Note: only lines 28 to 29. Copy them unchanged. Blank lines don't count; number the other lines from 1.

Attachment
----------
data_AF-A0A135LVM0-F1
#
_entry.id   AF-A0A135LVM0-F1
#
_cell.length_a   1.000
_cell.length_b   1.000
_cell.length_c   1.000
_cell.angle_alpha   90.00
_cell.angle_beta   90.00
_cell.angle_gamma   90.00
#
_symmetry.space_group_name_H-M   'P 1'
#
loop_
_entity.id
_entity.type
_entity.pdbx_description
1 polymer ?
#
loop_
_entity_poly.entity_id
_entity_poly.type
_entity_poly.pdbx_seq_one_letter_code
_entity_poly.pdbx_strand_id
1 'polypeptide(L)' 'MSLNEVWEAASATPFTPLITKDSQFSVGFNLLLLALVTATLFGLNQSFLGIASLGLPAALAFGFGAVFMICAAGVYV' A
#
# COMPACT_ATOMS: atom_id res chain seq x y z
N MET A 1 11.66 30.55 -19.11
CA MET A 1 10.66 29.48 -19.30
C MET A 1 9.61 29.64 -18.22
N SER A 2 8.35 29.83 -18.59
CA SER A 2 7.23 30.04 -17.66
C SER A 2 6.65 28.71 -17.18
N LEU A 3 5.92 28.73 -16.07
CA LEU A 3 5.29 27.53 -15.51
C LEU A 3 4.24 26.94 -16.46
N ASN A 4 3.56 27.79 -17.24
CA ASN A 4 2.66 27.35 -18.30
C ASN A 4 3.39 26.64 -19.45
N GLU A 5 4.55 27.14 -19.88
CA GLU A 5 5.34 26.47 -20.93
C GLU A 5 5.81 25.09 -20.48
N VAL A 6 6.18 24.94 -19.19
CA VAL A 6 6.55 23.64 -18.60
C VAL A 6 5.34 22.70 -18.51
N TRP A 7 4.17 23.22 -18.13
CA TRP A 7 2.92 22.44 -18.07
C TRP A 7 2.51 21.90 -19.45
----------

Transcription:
N MET A 1 11.66 30.55 -19.11
CA MET A 1 10.66 29.48 -19.30